When I first received my bipolar diagnosis, the picture painted for me of my future was rather bleak.  The staff at the psychiatric hospital explained that I would likely not be able to continue in ministry.  I would go on disability, have repeated hospitalizations and the chances of remaining in my marriage were slim to none.

My psychiatrist, however, offered a ray of hope.  He recommended a memoir that had just been published by one of the most world-renowned expert on bipolar disorder – Kay Redfield Jamison.  In Unquiet Mind: A Memoir of Moods and Madness, Jamison beautifully describes her own life-long struggle and brilliantly depicts the love-hate relationship many folks with Bipolar have with their illness.  She defines what she prefers to call “Manic-depression”

…a disease that both kills and gives life.  Fire, by its nature, both creates and destroys.  “The force that through the green fuse drives the flower,” wrote Dylan Thomas, “Drives my green age, that blasts the root of trees/ Is my destroyer.”  Mania is a strange and driving force, a destroyer, a fire in the blood.

In other works, Jamison extensively explores the relationship between bipolar and creativity, citing examples in the lives of many artists past and present who displayed significant symptoms yet produced amazing expressions of life and the world around them.

Recently, I re-read An Unquiet Mind (for the fourth time, I think).  One passage I was particularly drawn to —

“No amount of love can cure madness or unblacken one’s dark moods.  Love can help, it can make the pain more bearable, but always one is beholden to medication that may or may not always work and may or may not be bearable.  Madness, on the other hand, most certainly can, and often does kill love through its mistrustfulness, unrelenting pessimism, discontents, erratic behavior, and especially through its savage moods.”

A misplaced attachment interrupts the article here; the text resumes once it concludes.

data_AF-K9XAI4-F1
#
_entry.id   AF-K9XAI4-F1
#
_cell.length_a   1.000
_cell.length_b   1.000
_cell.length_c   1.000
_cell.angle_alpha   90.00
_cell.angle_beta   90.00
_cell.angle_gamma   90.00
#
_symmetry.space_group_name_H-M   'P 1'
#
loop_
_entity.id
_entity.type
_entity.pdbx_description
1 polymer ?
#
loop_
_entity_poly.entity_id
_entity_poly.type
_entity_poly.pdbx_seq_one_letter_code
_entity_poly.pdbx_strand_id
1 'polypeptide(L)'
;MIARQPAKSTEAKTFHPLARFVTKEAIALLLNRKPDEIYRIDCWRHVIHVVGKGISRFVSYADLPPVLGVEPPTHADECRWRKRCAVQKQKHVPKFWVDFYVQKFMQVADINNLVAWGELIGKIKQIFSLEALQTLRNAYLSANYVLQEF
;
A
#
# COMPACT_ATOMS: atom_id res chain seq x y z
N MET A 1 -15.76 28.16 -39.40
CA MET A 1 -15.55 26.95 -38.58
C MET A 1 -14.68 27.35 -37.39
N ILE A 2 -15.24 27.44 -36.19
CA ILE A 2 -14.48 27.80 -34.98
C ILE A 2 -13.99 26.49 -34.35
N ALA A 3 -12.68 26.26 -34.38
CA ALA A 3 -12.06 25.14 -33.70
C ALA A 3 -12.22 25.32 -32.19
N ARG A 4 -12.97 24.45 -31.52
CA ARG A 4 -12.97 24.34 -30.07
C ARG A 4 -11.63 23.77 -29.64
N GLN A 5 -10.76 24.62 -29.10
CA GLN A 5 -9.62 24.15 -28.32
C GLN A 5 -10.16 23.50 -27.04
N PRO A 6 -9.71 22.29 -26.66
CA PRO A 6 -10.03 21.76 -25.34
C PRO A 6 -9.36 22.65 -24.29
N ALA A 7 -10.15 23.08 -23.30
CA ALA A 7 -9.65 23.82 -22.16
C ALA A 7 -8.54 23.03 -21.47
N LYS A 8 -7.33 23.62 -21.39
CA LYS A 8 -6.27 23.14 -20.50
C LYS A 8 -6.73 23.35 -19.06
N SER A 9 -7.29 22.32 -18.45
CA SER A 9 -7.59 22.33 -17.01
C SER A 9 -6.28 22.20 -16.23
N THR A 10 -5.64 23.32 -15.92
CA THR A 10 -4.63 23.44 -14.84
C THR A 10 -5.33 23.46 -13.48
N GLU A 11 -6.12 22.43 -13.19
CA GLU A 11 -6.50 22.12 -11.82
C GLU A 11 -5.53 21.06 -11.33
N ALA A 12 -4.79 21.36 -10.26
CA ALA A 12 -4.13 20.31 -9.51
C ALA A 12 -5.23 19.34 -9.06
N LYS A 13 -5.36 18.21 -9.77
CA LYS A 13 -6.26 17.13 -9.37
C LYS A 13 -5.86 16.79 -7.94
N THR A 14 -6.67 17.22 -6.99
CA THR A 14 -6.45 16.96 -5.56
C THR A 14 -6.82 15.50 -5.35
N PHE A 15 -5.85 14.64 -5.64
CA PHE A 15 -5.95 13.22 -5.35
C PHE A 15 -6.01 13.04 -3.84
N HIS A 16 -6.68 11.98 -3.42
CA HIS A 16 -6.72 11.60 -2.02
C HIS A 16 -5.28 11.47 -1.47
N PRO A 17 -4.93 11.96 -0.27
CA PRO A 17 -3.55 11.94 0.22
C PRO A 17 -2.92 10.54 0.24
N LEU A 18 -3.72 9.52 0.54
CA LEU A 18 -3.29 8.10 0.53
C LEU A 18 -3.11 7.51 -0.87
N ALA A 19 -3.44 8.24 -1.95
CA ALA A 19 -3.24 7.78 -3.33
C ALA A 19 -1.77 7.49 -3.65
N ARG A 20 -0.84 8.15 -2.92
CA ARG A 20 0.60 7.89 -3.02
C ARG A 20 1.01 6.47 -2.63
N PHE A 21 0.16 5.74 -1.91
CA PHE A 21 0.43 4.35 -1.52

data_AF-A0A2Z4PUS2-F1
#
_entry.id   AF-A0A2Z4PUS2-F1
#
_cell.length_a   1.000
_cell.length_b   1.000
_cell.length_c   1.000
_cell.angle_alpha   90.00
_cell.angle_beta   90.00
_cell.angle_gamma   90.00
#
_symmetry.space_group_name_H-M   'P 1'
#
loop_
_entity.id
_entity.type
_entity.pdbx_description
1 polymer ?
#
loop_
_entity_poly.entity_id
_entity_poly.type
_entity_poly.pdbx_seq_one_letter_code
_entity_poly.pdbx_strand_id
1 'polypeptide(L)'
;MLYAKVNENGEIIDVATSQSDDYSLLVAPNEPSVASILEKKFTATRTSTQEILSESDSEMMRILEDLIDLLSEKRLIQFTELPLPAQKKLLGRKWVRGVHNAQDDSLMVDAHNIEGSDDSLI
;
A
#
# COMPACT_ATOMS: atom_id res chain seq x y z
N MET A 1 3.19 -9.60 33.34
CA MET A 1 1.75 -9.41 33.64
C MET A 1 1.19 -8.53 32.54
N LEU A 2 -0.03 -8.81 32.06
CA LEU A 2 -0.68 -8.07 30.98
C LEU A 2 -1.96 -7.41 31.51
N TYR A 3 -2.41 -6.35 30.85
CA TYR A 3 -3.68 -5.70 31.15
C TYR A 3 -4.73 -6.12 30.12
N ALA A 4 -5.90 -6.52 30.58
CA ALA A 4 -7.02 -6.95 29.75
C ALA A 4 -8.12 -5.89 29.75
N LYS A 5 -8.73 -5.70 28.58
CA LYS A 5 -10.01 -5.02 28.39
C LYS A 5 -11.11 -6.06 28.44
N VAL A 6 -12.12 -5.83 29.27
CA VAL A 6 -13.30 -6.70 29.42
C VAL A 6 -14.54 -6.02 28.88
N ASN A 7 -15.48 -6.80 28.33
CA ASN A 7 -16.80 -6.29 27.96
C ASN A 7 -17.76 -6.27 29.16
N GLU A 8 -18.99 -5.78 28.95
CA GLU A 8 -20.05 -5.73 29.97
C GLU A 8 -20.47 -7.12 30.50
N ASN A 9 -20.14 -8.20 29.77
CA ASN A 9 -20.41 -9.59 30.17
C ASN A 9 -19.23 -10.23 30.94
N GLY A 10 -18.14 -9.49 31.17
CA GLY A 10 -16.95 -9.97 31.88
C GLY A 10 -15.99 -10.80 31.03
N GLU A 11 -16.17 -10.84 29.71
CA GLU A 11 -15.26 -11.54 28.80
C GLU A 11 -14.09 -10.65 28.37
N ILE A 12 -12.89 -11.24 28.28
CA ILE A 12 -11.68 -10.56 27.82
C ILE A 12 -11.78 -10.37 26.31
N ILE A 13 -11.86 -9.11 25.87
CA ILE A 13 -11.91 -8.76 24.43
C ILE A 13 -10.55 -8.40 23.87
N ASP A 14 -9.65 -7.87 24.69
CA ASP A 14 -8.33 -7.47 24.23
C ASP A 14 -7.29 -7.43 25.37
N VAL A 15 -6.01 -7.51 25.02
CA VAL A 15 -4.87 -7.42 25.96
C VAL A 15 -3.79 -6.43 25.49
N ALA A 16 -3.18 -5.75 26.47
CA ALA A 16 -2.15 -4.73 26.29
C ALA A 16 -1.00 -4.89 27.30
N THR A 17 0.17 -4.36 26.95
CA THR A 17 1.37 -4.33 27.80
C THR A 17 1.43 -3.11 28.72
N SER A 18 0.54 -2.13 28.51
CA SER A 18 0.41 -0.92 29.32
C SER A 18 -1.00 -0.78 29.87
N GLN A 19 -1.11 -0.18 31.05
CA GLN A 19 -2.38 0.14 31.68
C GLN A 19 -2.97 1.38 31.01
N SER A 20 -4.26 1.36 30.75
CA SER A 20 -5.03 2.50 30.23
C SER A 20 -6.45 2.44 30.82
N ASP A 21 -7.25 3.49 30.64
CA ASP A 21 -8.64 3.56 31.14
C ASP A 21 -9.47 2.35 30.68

It’s sad, but often true that people with bipolar seem incapable of sustaining intimate relationships.  Redfield’s own marriage relationship ended,  joining the ranks of the more than 90% of folks with bipolar who divorce.

So is it worth it?  If given the opportunity, should we eradicate bipolar through gene therapy?  For now (at least), Redfield would say, “No.”  As she poetically reflects on her own experience living with the illness.

‘I honestly believe that as a result of it I have felt more things, more deeply had more experiences. more intensely loved more and been more loved; laughed more often for having cried more often; appreciated more the springs for all the winters; worn death “as close as dungarees,” appreciated it — and life, more; seen the finest and most terrible in people, and slowly learned the values of caring, loyalty, and seeing things through…”<

Not many of us (only one, in fact) can be Kay Redfield Jamison.  I see my bipolar more as a “thorn in my flesh” than something that has enhanced my life.  Still, I am grateful.  Through this thorn I have discovered that God’s grace is sufficient.  This realization has led me to a more abundant life in Christ and given me a greater appreciation for the struggles of others.

How about you?  Those of you with bipolar, how do you view your illness?  If you had the choice, would you seek out a cure?  How have you learned to make the most of it?